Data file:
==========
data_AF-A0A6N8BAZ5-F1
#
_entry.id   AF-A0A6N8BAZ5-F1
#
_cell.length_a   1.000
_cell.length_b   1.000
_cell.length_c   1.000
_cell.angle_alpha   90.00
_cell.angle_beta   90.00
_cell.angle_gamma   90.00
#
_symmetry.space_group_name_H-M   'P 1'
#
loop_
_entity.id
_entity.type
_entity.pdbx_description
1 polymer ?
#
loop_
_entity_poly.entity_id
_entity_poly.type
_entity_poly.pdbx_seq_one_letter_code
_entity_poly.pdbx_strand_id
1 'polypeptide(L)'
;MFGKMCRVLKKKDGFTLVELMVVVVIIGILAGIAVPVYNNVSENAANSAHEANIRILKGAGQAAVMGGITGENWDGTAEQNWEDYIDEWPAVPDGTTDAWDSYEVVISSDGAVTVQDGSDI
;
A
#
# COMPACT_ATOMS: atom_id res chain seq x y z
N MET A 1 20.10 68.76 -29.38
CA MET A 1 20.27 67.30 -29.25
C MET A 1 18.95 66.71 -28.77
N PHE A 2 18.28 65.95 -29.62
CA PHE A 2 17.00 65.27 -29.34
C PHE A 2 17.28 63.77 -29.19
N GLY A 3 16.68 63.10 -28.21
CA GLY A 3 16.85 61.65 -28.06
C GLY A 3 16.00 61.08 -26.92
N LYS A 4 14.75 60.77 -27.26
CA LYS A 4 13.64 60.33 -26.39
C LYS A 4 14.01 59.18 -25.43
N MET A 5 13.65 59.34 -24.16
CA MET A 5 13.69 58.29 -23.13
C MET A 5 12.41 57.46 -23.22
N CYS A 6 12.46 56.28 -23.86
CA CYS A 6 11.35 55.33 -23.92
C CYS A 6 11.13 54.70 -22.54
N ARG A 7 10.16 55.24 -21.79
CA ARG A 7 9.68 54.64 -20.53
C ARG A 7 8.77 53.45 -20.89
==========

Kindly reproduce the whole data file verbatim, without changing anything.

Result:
data_AF-A0A6N8BAZ5-F1
#
_entry.id   AF-A0A6N8BAZ5-F1
#
_cell.length_a   1.000
_cell.length_b   1.000
_cell.length_c   1.000
_cell.angle_alpha   90.00
_cell.angle_beta   90.00
_cell.angle_gamma   90.00
#
_symmetry.space_group_name_H-M   'P 1'
#
loop_
_entity.id
_entity.type
_entity.pdbx_description
1 polymer ?
#
loop_
_entity_poly.entity_id
_entity_poly.type
_entity_poly.pdbx_seq_one_letter_code
_entity_poly.pdbx_strand_id
1 'polypeptide(L)'
;MFGKMCRVLKKKDGFTLVELMVVVVIIGILAGIAVPVYNNVSENAANSAHEANIRILKGAGQAAVMGGITGENWDGTAEQNWEDYIDEWPAVPDGTTDAWDSYEVVISSDGAVTVQDGSDI
;
A
#
# COMPACT_ATOMS: atom_id res chain seq x y z
N MET A 1 20.10 68.76 -29.38
CA MET A 1 20.27 67.30 -29.25
C MET A 1 18.95 66.71 -28.77
N PHE A 2 18.28 65.95 -29.62
CA PHE A 2 17.00 65.27 -29.34
C PHE A 2 17.28 63.77 -29.19
N GLY A 3 16.68 63.10 -28.21
CA GLY A 3 16.85 61.65 -28.06
C GLY A 3 16.00 61.08 -26.92
N LYS A 4 14.75 60.77 -27.26
CA LYS A 4 13.64 60.33 -26.39
C LYS A 4 14.01 59.18 -25.43
N MET A 5 13.65 59.34 -24.16
CA MET A 5 13.69 58.29 -23.13
C MET A 5 12.41 57.46 -23.22
N CYS A 6 12.46 56.28 -23.86
CA CYS A 6 11.35 55.33 -23.92
C CYS A 6 11.13 54.70 -22.54
N ARG A 7 10.16 55.24 -21.79
CA ARG A 7 9.68 54.64 -20.53
C ARG A 7 8.77 53.45 -20.89